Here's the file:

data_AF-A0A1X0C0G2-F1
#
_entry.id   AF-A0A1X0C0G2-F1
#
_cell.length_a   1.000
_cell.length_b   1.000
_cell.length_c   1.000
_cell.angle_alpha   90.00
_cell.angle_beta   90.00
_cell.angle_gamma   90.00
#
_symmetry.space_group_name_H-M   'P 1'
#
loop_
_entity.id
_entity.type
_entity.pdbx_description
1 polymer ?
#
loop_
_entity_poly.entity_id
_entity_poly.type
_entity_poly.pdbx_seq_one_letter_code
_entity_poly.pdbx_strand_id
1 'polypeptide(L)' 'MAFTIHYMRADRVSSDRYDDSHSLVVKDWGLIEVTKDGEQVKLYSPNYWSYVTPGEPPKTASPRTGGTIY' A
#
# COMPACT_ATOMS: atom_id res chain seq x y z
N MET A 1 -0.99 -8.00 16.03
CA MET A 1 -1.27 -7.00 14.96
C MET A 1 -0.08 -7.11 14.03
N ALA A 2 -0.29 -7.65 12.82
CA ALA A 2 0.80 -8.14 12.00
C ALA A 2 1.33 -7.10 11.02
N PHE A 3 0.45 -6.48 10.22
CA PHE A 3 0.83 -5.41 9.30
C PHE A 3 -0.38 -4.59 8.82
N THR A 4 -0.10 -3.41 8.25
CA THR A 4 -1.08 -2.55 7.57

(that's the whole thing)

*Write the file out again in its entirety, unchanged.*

data_AF-A0A1X0C0G2-F1
#
_entry.id   AF-A0A1X0C0G2-F1
#
_cell.length_a   1.000
_cell.length_b   1.000
_cell.length_c   1.000
_cell.angle_alpha   90.00
_cell.angle_beta   90.00
_cell.angle_gamma   90.00
#
_symmetry.space_group_name_H-M   'P 1'
#
loop_
_entity.id
_entity.type
_entity.pdbx_description
1 polymer ?
#
loop_
_entity_poly.entity_id
_entity_poly.type
_entity_poly.pdbx_seq_one_letter_code
_entity_poly.pdbx_strand_id
1 'polypeptide(L)' 'MAFTIHYMRADRVSSDRYDDSHSLVVKDWGLIEVTKDGEQVKLYSPNYWSYVTPGEPPKTASPRTGGTIY' A
#
# COMPACT_ATOMS: atom_id res chain seq x y z
N MET A 1 -0.99 -8.00 16.03
CA MET A 1 -1.27 -7.00 14.96
C MET A 1 -0.08 -7.11 14.03
N ALA A 2 -0.29 -7.65 12.82
CA ALA A 2 0.80 -8.14 12.00
C ALA A 2 1.33 -7.10 11.02
N PHE A 3 0.45 -6.48 10.22
CA PHE A 3 0.83 -5.41 9.30
C PHE A 3 -0.38 -4.59 8.82
N THR A 4 -0.10 -3.41 8.25
CA THR A 4 -1.08 -2.55 7.57